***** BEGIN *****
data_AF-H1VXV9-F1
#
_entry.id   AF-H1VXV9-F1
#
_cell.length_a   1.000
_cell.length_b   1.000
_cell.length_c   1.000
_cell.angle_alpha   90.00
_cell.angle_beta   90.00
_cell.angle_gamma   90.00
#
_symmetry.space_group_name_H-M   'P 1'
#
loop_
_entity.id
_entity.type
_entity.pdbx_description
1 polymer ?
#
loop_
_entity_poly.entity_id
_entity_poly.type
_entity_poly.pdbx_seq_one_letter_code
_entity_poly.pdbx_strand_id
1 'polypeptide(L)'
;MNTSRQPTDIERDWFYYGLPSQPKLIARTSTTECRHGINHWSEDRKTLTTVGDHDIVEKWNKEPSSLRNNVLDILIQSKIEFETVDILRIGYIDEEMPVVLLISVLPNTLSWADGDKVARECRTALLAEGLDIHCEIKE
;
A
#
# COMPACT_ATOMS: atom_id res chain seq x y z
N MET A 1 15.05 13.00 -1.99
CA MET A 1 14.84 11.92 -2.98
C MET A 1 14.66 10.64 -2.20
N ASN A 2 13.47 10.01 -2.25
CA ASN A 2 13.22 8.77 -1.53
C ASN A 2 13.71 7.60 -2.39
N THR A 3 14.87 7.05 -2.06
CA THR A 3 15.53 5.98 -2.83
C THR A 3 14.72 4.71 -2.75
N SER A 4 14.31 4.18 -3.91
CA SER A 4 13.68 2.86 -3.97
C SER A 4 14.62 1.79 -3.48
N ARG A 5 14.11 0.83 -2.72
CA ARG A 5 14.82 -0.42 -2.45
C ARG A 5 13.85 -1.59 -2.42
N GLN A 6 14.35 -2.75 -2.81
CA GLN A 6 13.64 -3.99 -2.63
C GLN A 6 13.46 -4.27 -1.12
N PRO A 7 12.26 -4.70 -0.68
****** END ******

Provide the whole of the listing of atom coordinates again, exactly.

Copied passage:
data_AF-H1VXV9-F1
#
_entry.id   AF-H1VXV9-F1
#
_cell.length_a   1.000
_cell.length_b   1.000
_cell.length_c   1.000
_cell.angle_alpha   90.00
_cell.angle_beta   90.00
_cell.angle_gamma   90.00
#
_symmetry.space_group_name_H-M   'P 1'
#
loop_
_entity.id
_entity.type
_entity.pdbx_description
1 polymer ?
#
loop_
_entity_poly.entity_id
_entity_poly.type
_entity_poly.pdbx_seq_one_letter_code
_entity_poly.pdbx_strand_id
1 'polypeptide(L)'
;MNTSRQPTDIERDWFYYGLPSQPKLIARTSTTECRHGINHWSEDRKTLTTVGDHDIVEKWNKEPSSLRNNVLDILIQSKIEFETVDILRIGYIDEEMPVVLLISVLPNTLSWADGDKVARECRTALLAEGLDIHCEIKE
;
A
#
# COMPACT_ATOMS: atom_id res chain seq x y z
N MET A 1 15.05 13.00 -1.99
CA MET A 1 14.84 11.92 -2.98
C MET A 1 14.66 10.64 -2.20
N ASN A 2 13.47 10.01 -2.25
CA ASN A 2 13.22 8.77 -1.53
C ASN A 2 13.71 7.60 -2.39
N THR A 3 14.87 7.05 -2.06
CA THR A 3 15.53 5.98 -2.83
C THR A 3 14.72 4.71 -2.75
N SER A 4 14.31 4.18 -3.91
CA SER A 4 13.68 2.86 -3.97
C SER A 4 14.62 1.79 -3.48
N ARG A 5 14.11 0.83 -2.72
CA ARG A 5 14.82 -0.42 -2.45
C ARG A 5 13.85 -1.59 -2.42
N GLN A 6 14.35 -2.75 -2.81
CA GLN A 6 13.64 -3.99 -2.63
C GLN A 6 13.46 -4.27 -1.12
N PRO A 7 12.26 -4.70 -0.68